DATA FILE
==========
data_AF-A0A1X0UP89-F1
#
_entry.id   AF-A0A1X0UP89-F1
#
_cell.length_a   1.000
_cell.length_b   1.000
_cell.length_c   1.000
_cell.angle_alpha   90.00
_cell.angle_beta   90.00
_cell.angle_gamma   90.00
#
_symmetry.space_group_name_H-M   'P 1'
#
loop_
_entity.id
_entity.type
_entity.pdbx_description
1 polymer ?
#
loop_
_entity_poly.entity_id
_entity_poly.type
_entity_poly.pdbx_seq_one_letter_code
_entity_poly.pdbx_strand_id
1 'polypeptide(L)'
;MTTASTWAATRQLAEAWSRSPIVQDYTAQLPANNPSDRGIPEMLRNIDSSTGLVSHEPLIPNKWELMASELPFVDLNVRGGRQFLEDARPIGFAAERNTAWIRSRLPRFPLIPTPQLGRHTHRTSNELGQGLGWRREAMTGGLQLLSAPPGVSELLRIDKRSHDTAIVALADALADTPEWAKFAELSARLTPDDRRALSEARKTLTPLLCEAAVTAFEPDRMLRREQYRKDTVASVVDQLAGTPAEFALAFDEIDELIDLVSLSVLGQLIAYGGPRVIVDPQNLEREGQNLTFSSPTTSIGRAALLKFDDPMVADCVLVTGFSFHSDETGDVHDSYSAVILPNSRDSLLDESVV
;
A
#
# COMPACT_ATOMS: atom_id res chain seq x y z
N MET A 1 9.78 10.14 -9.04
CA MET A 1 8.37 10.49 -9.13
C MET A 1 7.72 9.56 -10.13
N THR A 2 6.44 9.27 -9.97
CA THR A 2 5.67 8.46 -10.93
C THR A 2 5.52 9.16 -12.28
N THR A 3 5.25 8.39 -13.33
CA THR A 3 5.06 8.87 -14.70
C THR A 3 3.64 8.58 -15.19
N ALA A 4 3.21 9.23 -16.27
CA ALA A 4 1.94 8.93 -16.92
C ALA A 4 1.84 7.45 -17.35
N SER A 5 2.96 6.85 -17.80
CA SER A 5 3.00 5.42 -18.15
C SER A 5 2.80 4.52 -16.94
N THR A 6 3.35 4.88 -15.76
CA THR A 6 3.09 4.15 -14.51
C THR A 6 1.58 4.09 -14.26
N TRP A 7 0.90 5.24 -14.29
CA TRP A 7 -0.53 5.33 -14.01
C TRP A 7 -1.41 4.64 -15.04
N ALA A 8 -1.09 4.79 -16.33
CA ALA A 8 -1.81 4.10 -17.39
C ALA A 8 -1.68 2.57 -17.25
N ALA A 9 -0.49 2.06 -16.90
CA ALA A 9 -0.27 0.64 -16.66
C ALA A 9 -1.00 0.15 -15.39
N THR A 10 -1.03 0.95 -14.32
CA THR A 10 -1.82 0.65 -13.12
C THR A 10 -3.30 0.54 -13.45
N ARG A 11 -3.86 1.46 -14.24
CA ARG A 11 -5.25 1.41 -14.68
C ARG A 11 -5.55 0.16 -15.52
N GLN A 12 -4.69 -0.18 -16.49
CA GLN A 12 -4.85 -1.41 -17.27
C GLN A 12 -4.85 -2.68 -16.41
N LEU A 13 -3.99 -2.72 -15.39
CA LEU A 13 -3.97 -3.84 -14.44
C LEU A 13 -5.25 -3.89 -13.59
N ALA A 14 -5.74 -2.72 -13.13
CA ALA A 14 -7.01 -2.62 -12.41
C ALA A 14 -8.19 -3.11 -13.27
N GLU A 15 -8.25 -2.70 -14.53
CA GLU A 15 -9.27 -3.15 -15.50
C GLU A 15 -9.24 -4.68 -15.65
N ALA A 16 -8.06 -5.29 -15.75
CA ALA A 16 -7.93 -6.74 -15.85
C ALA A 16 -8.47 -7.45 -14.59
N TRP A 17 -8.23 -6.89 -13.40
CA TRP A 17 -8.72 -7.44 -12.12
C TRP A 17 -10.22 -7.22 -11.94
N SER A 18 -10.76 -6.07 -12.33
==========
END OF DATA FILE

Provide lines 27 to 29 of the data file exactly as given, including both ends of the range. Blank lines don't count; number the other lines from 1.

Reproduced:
;
A
#